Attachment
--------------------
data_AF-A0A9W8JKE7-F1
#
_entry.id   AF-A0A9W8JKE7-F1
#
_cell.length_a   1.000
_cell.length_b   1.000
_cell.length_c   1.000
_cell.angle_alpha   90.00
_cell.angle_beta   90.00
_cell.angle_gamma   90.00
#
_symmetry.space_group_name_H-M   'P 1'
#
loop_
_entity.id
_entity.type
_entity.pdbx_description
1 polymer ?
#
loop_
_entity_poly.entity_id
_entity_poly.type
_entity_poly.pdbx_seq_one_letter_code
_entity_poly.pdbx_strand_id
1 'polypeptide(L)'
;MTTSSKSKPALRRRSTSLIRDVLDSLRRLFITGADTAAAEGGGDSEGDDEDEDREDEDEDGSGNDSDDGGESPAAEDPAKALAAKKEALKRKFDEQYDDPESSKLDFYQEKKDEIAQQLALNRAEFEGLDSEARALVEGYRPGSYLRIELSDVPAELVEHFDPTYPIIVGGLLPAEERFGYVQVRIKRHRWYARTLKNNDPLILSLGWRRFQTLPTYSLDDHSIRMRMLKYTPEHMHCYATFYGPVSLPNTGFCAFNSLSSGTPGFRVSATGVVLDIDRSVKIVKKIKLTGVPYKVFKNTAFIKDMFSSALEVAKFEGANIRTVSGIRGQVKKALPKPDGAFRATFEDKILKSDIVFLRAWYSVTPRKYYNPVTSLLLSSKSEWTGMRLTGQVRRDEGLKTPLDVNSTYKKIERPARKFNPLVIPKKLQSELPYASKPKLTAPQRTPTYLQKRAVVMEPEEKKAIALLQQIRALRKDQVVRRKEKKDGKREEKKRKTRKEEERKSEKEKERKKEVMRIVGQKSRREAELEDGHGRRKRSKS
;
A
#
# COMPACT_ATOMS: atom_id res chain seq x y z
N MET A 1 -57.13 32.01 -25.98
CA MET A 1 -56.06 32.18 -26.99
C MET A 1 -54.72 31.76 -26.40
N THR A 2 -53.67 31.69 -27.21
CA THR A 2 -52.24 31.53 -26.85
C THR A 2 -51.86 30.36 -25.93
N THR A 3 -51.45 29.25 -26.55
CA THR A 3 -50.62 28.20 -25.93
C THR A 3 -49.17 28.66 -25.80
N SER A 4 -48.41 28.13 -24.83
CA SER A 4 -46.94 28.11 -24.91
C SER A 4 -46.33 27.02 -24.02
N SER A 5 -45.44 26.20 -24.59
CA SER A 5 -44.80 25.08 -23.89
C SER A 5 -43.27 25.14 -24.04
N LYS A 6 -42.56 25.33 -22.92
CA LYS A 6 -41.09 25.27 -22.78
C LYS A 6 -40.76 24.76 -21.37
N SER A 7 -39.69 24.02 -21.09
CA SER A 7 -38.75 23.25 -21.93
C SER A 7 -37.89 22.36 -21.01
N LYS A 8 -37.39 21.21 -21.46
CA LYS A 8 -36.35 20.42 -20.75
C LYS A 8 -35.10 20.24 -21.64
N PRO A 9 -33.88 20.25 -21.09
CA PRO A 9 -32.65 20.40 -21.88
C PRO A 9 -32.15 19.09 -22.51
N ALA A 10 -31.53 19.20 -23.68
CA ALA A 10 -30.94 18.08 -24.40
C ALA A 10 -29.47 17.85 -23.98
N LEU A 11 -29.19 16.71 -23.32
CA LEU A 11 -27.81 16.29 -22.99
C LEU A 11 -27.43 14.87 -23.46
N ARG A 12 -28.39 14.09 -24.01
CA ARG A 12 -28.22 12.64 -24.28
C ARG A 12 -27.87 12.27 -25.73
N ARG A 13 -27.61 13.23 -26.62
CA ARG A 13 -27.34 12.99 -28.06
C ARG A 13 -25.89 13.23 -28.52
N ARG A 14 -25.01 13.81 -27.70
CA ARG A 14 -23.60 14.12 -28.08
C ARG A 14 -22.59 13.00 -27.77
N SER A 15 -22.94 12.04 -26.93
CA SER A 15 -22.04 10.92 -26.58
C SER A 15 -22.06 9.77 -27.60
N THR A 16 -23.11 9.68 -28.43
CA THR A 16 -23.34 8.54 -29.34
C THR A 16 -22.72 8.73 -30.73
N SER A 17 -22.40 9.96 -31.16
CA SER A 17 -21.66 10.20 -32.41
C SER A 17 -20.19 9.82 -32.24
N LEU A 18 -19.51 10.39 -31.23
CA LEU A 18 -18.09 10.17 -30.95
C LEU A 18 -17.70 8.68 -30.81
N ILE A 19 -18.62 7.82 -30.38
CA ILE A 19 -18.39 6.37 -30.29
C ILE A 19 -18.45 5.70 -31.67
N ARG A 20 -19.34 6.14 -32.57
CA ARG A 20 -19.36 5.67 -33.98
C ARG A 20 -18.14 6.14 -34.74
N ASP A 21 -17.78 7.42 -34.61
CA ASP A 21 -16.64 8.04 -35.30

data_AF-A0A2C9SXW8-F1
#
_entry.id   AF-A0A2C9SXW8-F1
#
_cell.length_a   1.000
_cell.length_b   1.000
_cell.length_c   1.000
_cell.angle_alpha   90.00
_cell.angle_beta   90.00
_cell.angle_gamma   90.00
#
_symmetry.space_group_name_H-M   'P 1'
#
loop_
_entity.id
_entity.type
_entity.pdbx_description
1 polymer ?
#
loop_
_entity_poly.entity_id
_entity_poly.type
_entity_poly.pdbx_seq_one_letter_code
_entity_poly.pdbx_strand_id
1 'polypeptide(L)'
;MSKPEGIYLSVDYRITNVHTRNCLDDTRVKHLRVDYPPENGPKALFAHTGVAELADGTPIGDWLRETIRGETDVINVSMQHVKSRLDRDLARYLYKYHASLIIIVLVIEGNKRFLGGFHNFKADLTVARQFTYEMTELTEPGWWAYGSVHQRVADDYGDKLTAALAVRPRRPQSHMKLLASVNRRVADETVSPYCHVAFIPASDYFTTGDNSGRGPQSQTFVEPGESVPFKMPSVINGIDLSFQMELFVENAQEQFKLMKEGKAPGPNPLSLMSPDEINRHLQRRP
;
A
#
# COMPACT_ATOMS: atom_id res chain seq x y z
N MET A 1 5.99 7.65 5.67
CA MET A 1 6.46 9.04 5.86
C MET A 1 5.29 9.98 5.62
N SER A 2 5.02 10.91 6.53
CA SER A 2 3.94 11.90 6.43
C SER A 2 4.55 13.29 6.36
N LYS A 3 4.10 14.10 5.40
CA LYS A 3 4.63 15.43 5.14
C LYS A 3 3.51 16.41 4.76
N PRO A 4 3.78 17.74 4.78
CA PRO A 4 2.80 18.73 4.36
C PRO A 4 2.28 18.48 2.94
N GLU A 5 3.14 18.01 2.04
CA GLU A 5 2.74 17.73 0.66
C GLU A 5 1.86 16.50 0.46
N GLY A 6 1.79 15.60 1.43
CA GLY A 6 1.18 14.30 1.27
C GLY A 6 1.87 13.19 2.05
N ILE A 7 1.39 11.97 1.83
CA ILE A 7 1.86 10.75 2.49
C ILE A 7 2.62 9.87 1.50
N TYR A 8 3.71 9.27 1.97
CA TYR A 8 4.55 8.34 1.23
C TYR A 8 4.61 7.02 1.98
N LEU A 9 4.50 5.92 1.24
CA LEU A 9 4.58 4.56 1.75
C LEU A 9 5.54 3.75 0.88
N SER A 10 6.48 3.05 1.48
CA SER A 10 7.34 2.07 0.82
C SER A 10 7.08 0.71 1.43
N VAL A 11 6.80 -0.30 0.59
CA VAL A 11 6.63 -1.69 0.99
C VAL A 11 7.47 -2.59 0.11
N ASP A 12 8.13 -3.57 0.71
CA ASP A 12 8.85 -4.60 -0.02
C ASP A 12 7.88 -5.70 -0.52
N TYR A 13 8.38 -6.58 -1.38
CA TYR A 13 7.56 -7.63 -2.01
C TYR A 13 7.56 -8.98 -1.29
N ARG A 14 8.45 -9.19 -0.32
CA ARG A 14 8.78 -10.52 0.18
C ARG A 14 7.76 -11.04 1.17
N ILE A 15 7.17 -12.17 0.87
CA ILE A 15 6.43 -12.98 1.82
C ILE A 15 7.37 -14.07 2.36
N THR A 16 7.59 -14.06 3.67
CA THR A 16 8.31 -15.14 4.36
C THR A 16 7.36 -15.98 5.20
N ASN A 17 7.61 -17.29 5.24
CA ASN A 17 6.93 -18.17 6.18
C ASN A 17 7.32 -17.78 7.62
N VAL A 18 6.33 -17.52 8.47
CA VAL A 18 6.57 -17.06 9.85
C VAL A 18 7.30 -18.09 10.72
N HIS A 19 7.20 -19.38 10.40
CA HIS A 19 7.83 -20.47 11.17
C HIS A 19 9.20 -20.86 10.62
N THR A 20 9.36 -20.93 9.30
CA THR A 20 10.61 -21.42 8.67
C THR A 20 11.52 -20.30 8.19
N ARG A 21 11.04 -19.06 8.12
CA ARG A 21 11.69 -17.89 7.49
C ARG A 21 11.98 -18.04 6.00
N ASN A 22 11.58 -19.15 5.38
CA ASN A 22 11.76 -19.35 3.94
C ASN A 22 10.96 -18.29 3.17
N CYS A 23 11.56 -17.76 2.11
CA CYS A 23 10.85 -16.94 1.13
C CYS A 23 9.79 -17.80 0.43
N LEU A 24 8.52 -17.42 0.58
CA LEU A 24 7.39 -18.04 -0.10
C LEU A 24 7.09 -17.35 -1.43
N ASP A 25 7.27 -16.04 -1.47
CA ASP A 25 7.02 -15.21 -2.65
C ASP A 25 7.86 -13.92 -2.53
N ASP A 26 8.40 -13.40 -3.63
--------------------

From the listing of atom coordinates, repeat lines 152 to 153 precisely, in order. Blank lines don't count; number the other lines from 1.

C SER A 10 7.08 0.71 1.43
N VAL A 11 6.80 -0.30 0.59